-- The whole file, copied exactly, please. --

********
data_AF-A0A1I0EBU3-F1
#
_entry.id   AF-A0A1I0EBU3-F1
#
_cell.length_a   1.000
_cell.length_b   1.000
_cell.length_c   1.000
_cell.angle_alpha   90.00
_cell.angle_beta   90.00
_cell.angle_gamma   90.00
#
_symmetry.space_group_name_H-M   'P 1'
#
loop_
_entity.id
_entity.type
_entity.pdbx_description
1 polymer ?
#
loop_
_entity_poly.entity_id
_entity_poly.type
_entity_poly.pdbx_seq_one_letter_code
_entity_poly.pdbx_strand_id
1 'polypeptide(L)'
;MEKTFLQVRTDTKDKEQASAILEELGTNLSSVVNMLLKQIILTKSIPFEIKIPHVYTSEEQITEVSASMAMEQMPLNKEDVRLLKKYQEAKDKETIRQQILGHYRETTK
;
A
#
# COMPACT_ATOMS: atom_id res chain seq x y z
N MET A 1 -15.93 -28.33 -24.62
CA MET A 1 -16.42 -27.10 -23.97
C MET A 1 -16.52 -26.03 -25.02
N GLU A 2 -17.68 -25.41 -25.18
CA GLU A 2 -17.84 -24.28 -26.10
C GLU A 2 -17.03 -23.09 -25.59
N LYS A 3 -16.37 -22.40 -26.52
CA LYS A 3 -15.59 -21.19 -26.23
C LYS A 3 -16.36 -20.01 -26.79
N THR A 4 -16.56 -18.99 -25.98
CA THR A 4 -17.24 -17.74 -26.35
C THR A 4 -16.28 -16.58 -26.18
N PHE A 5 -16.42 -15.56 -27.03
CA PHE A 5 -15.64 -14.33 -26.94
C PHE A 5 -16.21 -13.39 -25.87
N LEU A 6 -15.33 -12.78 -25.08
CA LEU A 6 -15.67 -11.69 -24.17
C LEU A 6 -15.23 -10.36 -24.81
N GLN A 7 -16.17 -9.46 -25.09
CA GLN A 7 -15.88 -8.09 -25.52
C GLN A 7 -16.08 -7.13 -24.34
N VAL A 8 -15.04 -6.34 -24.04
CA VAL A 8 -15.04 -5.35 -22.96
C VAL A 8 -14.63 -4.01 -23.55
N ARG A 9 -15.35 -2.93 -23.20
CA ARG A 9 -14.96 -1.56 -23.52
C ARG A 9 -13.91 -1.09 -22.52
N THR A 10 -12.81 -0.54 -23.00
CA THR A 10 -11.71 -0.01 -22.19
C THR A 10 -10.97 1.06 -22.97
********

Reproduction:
data_AF-A0A1I0EBU3-F1
#
_entry.id   AF-A0A1I0EBU3-F1
#
_cell.length_a   1.000
_cell.length_b   1.000
_cell.length_c   1.000
_cell.angle_alpha   90.00
_cell.angle_beta   90.00
_cell.angle_gamma   90.00
#
_symmetry.space_group_name_H-M   'P 1'
#
loop_
_entity.id
_entity.type
_entity.pdbx_description
1 polymer ?
#
loop_
_entity_poly.entity_id
_entity_poly.type
_entity_poly.pdbx_seq_one_letter_code
_entity_poly.pdbx_strand_id
1 'polypeptide(L)'
;MEKTFLQVRTDTKDKEQASAILEELGTNLSSVVNMLLKQIILTKSIPFEIKIPHVYTSEEQITEVSASMAMEQMPLNKEDVRLLKKYQEAKDKETIRQQILGHYRETTK
;
A
#
# COMPACT_ATOMS: atom_id res chain seq x y z
N MET A 1 -15.93 -28.33 -24.62
CA MET A 1 -16.42 -27.10 -23.97
C MET A 1 -16.52 -26.03 -25.02
N GLU A 2 -17.68 -25.41 -25.18
CA GLU A 2 -17.84 -24.28 -26.10
C GLU A 2 -17.03 -23.09 -25.59
N LYS A 3 -16.37 -22.40 -26.52
CA LYS A 3 -15.59 -21.19 -26.23
C LYS A 3 -16.36 -20.01 -26.79
N THR A 4 -16.56 -18.99 -25.98
CA THR A 4 -17.24 -17.74 -26.35
C THR A 4 -16.28 -16.58 -26.18
N PHE A 5 -16.42 -15.56 -27.03
CA PHE A 5 -15.64 -14.33 -26.94
C PHE A 5 -16.21 -13.39 -25.87
N LEU A 6 -15.33 -12.78 -25.08
CA LEU A 6 -15.67 -11.69 -24.17
C LEU A 6 -15.23 -10.36 -24.81
N GLN A 7 -16.17 -9.46 -25.09
CA GLN A 7 -15.88 -8.09 -25.52
C GLN A 7 -16.08 -7.13 -24.34
N VAL A 8 -15.04 -6.34 -24.04
CA VAL A 8 -15.04 -5.35 -22.96
C VAL A 8 -14.63 -4.01 -23.55
N ARG A 9 -15.35 -2.93 -23.20
CA ARG A 9 -14.96 -1.56 -23.52
C ARG A 9 -13.91 -1.09 -22.52
N THR A 10 -12.81 -0.54 -23.00
CA THR A 10 -11.71 -0.01 -22.19
C THR A 10 -10.97 1.06 -22.97